Rodney Dangerfield got no respect? That’s not how Adrienne Barbeau, the comedian’s costar in the 1986 hit Back to School, remembers it. “The first day I showed up on set, there was a line of women outside his trailer,” Adrienne, 73, tells Closer Weekly in an exclusive new interview, on newsstands now. “I said to the producer, ‘Why are they all here?’ And he said, ‘Well, Rod-ney is a real sex symbol!’ They all wanted to meet him!”

Though the self-deprecating funnyman complained ‘It’s not easy bein’ me’ in his act, by the 1980s, he’d joined comedy’s A-list and become an unlikely movie star in hits like Caddyshack and Easy Money. Yet a robust career and love — he married his second wife, Joan Child, in 1993 — were never enough. “He battled depression even when things were going well,” Joan tells Closer. “He wished success in his career and in romance came earlier to him. He wanted to live to 120 to make up for all the years of struggle.”

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Born Jacob Cohen in Babylon, New York, Rodney grew up with an absentee father and an uncaring mother. “His childhood was miserable!” Joan says. “He felt unloved.”

Making people laugh became a lifeline for the youngster. “He got his first laugh at dinner [at age 4] when he whined, ‘I’m still hungry,'” Joan recalls. “His mother said, ‘You’ve had sufficient,’ and he said, ‘’I didn’t even have any fish!’ Everybody laughed and it made him feel great. He never forgot it.”

After working as a singing waiter and a struggling stand-up under the name Jack Roy, Rodney married his first wife, singer Joyce Indig, mom to his children, Brian and Melanie. He quit the comedy circuit after they wed in 1949 and opened up a successful aluminum siding business. “He did well until the accountant cooked the books — Rodney found himself in $20,000 in debt to a loan shark,” Joan recalls. “He returned to comedy at his lowest point, and it changed his life.”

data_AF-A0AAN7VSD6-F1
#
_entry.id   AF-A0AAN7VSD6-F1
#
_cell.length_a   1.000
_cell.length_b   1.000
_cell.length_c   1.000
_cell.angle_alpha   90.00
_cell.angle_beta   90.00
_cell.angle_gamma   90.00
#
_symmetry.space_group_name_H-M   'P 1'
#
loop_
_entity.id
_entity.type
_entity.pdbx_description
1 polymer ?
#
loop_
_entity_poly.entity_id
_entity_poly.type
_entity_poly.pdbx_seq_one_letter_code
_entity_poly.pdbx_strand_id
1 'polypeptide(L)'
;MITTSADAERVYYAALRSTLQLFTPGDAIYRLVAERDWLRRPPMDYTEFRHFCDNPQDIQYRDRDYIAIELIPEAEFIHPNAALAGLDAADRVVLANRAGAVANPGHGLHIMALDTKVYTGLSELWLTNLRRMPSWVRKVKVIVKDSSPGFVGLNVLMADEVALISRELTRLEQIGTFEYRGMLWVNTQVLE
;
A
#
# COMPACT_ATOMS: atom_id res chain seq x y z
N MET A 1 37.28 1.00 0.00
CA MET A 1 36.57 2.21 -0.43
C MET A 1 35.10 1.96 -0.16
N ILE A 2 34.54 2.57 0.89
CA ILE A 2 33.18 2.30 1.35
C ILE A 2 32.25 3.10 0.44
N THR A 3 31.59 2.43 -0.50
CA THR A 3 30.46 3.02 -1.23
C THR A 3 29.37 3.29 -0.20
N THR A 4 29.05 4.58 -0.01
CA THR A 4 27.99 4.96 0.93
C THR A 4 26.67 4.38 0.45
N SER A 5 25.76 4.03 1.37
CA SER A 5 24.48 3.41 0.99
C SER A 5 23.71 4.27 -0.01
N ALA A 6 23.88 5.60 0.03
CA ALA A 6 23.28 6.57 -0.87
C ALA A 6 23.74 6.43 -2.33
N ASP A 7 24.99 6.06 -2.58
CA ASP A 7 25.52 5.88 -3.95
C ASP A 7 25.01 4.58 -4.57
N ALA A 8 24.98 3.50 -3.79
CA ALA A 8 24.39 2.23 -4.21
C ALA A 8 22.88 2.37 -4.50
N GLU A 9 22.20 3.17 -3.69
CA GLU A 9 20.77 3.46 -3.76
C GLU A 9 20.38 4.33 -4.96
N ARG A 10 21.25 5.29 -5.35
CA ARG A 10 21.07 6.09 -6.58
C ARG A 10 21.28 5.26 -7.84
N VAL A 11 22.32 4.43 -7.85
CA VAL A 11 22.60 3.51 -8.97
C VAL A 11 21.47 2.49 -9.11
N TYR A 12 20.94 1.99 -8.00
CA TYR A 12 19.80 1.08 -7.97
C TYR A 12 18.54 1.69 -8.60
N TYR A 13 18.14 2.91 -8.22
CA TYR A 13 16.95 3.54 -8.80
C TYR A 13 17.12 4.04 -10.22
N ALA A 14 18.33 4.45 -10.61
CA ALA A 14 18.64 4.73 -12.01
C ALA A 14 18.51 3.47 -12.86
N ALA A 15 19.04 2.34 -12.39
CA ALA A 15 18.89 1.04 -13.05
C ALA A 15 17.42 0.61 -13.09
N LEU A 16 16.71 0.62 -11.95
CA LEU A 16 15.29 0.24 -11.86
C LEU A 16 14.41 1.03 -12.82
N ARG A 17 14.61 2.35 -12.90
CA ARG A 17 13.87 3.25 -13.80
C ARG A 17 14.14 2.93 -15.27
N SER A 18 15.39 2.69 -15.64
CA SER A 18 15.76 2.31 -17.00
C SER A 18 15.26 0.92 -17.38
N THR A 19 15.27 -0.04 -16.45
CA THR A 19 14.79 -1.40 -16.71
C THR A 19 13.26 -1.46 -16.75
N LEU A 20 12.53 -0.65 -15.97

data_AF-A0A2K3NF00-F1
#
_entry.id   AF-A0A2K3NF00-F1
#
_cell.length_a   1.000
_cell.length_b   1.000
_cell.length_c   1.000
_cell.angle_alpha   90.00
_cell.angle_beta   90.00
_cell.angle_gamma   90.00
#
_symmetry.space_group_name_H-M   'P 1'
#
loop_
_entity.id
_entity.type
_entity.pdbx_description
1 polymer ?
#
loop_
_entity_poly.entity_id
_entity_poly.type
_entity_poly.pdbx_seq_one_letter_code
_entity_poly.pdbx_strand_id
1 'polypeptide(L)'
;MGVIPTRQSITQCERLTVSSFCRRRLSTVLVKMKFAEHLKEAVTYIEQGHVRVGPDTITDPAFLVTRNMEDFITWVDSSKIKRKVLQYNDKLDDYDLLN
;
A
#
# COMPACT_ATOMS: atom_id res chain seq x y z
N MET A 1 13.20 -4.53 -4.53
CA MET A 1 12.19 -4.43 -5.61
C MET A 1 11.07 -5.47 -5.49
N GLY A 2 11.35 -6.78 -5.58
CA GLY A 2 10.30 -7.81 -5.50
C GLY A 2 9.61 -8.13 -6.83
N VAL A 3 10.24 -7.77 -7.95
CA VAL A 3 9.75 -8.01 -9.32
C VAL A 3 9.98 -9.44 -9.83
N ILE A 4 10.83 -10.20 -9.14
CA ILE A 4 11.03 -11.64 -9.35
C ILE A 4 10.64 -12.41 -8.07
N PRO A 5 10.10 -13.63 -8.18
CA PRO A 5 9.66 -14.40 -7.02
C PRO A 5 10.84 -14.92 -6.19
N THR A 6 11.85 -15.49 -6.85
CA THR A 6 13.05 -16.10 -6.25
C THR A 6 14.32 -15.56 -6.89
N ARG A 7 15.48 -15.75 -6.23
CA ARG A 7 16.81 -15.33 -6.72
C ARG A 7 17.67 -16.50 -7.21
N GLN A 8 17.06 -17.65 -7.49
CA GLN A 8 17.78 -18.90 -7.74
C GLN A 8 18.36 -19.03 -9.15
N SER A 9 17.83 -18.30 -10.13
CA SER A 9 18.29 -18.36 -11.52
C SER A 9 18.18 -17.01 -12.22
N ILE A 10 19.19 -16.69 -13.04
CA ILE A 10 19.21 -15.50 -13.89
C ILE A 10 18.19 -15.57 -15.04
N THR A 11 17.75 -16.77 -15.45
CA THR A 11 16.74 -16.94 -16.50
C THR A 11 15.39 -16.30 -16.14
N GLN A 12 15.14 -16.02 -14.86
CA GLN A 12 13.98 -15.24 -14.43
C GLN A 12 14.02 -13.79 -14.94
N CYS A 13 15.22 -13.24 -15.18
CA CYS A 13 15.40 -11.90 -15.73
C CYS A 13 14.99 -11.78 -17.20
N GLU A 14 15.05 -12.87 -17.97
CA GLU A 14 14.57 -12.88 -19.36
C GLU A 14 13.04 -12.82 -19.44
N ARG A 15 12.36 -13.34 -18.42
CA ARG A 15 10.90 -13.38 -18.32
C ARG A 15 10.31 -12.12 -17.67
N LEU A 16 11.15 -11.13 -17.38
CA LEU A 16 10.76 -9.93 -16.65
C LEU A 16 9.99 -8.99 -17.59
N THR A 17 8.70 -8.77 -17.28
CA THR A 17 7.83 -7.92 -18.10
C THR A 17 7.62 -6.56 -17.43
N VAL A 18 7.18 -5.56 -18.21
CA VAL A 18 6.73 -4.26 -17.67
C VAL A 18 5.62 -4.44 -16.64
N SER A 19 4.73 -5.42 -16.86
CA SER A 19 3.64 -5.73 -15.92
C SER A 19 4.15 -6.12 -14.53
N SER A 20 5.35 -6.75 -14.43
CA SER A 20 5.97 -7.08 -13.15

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Reborn under his new stage name, Rodney got his second start in the 1960s with a gig on The Ed Sullivan Show. That led to more than 70 appearances on The Tonight Show, his own NYC club, Dangerfield’s and a string of hit movies in the 1980s. “He said making audiences laugh was like a fix he needed to survive,” Joan says. “He would always try to get booked on his birthday as a little gift to himself. It meant that he was still relevant.”

Laughter continued to be a great emotional salve, but it didn’t cure him. “He seldom laughed himself,” says Joan, “even when watching other comedians he thought were brilliant.”

Still, she recalls their 11-year marriage as happy. “We got weekly mani-pedis and he’d sing love songs to me at the salon,” she remembers. “He was romantic, and left me notes like ‘I’ll never let you down — unless you’re on a ladder.'”

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Rodney never lost his sense of humor, even as he underwent health issues including an April 2003 brain surgery meant to improve his circulation. “The night before his surgery, he was concerned about whether he’d still be able to tell jokes,” Joan recalls. “He said, ‘Honey, if I can’t be in show business,I don’t know what I’ll do. I’m too jealous to be your pimp!'”

When the comedian passed away in October 2004, just a few weeks shy of his 83rd birthday, Joan had the word “respect” written in the sky above his memorial gathering. “He was ethical, compassionate, always reassuring and kind,” she says. “An exceptionally good person.”

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